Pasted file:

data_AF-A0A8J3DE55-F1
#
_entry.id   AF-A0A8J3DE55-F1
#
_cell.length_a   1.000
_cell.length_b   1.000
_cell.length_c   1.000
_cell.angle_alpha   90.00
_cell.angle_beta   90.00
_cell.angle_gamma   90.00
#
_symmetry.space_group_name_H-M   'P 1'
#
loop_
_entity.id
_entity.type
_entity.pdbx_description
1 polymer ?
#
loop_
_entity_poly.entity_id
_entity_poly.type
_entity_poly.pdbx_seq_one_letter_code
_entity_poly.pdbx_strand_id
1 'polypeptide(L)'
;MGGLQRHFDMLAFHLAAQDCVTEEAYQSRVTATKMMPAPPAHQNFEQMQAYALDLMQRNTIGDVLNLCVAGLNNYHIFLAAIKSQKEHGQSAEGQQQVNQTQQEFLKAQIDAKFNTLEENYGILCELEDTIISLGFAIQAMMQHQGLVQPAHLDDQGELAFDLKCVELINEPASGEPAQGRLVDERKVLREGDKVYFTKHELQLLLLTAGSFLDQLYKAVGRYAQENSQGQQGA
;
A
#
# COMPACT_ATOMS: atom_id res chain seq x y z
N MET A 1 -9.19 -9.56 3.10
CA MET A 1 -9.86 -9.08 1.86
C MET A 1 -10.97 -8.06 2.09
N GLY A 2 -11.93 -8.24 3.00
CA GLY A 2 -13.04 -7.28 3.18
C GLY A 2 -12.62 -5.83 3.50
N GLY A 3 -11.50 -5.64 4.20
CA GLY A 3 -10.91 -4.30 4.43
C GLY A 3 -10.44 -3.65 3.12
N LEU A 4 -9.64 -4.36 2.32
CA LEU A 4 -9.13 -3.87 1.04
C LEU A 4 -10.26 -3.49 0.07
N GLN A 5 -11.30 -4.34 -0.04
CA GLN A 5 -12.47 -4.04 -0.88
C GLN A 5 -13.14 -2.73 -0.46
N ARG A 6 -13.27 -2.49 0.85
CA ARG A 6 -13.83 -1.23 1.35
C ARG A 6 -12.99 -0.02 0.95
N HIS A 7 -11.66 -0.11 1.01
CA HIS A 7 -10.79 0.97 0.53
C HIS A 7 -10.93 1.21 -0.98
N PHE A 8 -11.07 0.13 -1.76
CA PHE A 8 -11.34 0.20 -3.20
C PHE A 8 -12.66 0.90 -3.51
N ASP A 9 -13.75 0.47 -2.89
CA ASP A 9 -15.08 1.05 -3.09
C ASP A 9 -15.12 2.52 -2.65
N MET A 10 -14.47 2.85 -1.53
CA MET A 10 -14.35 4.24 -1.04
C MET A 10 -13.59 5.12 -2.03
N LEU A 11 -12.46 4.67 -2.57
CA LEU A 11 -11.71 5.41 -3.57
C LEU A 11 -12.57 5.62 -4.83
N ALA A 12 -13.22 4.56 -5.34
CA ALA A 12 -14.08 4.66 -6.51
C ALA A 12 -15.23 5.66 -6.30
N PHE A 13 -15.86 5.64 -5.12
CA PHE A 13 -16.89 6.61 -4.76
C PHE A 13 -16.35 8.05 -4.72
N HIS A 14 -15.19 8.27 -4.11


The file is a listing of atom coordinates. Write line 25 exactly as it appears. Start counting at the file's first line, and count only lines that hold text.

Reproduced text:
1 'polypeptide(L)'